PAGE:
Women’s Footy Outrates Essendon Thrashing, Yet Women Players Still Paid Nothing

The resounding success of the AFL‘s Women’s Exhibition games for 2015 is undeniable. The pair of games contested between representative sides – one from the Melbourne Demons and the other from the Western Bulldogs – produced tight contests that were hotly contested, if not somewhat scrappy, entertaining games that showcased the abilities of some of the country’s best female footballers.

And Channel Seven‘s decision to broadcast this past weekend’s clash has proven not only to be something of a masterstroke, but it’s also delivered a surprising result.
At its peak, the game attracted an average of 175,000 viewers in Melbourne alone – which was a figure that easily placed it in the number one spot for its timeslot.
But unbelievably, not only was that number reasonably high, it far and away eclipsed the average viewing audience for the previous day’s clash between Essendon and Adelaide.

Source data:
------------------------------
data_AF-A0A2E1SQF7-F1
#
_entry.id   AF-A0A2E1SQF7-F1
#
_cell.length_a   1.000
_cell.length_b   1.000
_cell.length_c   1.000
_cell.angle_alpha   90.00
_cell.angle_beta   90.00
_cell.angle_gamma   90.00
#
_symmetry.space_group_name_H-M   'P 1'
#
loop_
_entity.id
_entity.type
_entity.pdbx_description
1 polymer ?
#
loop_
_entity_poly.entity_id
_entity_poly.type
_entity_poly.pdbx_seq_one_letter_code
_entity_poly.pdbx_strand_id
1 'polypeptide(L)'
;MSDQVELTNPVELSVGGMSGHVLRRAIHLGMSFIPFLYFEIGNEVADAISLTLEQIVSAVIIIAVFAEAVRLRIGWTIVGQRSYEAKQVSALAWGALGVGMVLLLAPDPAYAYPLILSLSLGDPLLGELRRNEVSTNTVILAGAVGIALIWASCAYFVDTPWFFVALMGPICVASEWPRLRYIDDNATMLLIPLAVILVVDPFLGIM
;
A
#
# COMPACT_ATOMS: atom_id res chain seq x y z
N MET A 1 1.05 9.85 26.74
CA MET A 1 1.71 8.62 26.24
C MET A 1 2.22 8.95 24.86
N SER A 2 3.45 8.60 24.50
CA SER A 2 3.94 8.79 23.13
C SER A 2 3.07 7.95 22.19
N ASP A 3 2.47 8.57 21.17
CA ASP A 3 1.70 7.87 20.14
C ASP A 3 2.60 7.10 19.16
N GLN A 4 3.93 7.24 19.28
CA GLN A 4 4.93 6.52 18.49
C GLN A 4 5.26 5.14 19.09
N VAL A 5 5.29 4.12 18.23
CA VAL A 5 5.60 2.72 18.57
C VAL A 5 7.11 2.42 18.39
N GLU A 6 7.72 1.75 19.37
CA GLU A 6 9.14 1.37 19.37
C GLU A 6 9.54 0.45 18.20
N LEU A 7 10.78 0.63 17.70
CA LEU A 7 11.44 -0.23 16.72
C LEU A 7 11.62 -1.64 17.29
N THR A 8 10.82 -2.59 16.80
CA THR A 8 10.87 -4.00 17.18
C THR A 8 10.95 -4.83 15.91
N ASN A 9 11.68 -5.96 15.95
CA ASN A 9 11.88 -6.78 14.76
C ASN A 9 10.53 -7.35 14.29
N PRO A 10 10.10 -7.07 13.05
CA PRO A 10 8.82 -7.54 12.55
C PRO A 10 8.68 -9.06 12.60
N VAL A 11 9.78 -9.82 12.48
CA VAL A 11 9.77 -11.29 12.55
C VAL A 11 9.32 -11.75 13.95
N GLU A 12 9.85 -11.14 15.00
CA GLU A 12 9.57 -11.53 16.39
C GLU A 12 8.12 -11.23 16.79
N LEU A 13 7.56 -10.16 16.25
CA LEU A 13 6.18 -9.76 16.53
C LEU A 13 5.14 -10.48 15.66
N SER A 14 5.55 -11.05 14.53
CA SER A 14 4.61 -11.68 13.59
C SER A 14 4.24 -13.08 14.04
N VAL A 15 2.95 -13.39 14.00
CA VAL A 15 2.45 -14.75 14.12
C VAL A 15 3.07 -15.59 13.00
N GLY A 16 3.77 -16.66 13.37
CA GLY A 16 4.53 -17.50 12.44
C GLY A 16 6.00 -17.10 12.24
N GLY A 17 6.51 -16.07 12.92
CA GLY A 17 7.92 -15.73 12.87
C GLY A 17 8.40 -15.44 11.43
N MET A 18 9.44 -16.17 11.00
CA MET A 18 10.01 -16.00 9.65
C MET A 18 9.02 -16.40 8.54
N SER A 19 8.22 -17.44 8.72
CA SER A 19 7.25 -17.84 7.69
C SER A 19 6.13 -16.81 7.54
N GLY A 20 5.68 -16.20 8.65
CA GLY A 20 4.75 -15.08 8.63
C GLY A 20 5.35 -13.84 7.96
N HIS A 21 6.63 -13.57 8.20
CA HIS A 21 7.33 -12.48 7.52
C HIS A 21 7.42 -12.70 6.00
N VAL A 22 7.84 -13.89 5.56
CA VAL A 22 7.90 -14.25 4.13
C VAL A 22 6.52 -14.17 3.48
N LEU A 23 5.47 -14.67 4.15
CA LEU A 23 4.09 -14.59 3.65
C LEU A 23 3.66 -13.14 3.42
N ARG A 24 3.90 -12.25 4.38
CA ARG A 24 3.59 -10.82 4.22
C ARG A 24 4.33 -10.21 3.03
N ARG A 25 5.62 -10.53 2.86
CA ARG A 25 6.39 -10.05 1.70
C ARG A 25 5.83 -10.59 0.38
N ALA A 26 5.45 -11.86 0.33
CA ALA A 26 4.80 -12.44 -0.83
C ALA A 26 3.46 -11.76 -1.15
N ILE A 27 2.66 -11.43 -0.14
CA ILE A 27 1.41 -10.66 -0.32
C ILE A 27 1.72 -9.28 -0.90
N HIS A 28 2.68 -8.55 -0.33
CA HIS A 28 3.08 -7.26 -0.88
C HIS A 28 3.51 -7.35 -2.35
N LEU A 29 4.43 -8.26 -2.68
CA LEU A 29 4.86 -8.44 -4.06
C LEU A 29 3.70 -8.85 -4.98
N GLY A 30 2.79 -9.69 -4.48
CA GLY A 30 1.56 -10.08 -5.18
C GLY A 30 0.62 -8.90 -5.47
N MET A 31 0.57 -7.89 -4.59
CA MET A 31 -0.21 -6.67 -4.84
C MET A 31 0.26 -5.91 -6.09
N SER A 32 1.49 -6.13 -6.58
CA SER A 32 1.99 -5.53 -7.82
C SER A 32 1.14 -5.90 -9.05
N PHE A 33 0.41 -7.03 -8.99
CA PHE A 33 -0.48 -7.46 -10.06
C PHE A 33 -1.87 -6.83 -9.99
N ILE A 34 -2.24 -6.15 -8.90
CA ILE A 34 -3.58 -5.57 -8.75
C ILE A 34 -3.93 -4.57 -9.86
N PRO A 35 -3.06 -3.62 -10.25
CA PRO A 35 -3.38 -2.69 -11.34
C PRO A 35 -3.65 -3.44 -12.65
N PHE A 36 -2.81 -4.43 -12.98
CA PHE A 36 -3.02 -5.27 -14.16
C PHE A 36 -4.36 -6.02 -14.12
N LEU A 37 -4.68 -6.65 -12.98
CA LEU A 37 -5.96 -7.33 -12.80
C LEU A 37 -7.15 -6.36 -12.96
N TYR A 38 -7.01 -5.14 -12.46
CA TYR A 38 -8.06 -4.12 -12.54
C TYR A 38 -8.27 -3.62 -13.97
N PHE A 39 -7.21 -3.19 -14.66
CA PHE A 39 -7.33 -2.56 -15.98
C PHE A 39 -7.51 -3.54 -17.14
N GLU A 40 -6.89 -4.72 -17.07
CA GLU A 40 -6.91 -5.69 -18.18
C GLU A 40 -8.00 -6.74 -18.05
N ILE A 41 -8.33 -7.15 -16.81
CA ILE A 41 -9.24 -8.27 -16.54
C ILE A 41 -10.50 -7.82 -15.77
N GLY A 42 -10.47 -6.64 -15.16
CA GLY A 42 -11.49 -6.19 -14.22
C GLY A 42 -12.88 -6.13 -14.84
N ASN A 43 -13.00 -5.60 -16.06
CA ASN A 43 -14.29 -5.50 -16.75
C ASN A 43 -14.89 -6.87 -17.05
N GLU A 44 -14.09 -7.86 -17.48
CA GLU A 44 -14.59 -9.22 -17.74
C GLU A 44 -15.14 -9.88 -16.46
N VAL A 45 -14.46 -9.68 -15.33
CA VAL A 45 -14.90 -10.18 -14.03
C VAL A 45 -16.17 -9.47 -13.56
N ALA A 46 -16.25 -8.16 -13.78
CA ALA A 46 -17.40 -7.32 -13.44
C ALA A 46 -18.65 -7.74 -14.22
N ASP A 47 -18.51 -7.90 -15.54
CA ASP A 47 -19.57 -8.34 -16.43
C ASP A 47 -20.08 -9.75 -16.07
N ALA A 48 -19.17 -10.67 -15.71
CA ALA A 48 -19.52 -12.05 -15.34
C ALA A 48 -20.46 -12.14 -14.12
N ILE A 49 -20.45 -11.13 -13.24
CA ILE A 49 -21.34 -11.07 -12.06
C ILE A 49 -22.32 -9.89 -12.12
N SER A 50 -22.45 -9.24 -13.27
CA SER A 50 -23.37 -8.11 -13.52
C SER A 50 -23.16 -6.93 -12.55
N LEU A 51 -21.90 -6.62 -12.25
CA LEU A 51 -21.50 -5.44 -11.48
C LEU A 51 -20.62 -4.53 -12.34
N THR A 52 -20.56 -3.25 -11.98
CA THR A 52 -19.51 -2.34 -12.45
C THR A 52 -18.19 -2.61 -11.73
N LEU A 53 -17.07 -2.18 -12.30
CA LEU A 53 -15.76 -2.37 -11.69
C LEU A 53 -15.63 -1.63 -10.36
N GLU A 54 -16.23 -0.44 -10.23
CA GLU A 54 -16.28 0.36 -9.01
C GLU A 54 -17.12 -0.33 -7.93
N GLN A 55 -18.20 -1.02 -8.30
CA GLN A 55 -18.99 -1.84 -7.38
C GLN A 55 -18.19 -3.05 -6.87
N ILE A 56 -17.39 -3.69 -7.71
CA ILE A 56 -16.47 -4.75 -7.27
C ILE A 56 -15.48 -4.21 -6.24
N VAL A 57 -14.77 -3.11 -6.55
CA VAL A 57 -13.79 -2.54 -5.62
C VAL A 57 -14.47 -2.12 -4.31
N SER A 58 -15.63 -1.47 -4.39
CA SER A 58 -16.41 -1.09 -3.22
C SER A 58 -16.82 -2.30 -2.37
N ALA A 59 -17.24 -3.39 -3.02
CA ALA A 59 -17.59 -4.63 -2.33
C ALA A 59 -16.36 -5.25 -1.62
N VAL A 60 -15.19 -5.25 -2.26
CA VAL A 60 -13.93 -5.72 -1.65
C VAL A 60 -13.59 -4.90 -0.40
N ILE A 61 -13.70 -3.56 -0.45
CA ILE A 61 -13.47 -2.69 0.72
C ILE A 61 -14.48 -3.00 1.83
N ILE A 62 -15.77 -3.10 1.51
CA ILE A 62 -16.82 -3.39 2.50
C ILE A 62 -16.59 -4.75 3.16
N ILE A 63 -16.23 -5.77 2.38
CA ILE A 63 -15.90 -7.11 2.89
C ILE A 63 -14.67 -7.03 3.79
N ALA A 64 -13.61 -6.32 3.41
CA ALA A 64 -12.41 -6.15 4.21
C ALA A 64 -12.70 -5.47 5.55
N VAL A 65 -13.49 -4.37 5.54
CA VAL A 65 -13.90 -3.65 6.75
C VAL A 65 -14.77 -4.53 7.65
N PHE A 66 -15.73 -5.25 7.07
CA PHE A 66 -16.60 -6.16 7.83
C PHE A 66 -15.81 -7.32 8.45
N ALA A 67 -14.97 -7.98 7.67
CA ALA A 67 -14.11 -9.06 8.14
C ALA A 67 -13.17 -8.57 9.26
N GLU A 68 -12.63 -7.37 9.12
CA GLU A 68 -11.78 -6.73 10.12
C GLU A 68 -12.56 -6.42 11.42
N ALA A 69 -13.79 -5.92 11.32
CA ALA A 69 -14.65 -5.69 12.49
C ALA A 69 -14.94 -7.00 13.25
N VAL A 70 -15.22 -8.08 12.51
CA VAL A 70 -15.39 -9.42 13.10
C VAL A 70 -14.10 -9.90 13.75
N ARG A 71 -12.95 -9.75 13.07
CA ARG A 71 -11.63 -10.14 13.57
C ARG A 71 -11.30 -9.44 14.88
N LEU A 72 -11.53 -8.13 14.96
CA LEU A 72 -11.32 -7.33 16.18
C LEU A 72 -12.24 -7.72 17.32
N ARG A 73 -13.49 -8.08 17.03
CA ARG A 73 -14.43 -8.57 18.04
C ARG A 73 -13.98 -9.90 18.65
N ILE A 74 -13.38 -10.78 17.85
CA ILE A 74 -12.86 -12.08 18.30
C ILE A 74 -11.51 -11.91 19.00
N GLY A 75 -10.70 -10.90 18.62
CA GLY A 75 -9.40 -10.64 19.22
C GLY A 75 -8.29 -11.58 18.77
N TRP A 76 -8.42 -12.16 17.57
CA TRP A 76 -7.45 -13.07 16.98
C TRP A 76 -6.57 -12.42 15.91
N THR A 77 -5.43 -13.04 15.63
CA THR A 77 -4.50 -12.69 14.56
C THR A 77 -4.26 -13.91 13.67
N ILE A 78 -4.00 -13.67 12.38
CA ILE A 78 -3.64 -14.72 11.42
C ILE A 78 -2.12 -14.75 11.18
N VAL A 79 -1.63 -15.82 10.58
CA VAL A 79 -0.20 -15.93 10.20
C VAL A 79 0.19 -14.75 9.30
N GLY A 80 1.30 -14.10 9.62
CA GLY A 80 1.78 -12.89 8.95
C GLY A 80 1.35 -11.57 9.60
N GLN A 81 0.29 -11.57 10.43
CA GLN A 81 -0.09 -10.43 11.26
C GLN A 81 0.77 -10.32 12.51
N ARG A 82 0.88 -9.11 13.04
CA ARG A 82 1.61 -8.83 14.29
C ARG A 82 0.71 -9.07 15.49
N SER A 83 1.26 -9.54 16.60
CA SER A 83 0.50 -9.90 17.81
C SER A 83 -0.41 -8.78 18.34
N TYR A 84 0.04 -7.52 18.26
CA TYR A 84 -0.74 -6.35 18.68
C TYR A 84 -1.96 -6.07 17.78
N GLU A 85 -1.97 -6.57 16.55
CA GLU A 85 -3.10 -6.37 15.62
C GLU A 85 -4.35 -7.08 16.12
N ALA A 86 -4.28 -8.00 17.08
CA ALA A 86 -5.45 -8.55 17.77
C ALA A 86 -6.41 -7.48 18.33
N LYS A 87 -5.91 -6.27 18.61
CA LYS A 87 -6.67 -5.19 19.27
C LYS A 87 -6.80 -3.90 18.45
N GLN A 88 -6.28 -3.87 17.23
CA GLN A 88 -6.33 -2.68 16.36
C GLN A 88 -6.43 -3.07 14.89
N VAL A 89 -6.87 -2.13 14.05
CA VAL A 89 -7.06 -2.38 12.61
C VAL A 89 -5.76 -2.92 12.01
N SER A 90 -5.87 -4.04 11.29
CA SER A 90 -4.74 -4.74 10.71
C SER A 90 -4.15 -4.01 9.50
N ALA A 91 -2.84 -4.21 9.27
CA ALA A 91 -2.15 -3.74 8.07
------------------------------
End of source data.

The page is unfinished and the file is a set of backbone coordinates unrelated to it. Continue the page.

The Crows 112-point demolition of the Bombers was viewed by a Melbourne average of just 114,000 people – some 61,000 people below the mark set by the women’s game.
But whilst the 44 men who ran onto the field for that AFL clash walked away with $3,500 each in individual match payments – a figure that’s paid out on top of their contractually agreed upon base salary – the 44 women who played on Sunday afternoon received precisely nothing, allegedly playing voluntarily and receiving no compensation for their skills and efforts.

This, despite the large TV audience that it brought in for Channel Seven, the added advertising revenue that generated, and the brand exposure for the AFL, the Demons, the Bulldogs, and all their associated corporate sponsors, whose logos were plastered on the uniforms the players wore.
The AFL – and CEO Gillon McLachlan have intimated that they have plans in the works for a fully fledged national women’s league. Though in the wake of this weekend’s game’s success, McLachlan has made some attempts to douse enthusiasm for the idea, stating it’s more likely to be seen in 2017 at the earliest due to what he calls “budgetary” reasons.
Regardless, for the virtual bonus exposure and broadcasting boon the match gifted both the AFL and Channel Seven, you’d think it wouldn’t be much of a stretch to allocate a few thousand dollars (from a billion dollar organisation, mind you) to ensure our elite female players get actually paid for their time.
The Demons, for the record, extended their dominance over the Bulldogs in the ongoing exhibition series, squeezing out a thrilling four point victory – 6.4 (40) to 5.6 (36).
Photo: Darrian Traynor via Getty Images.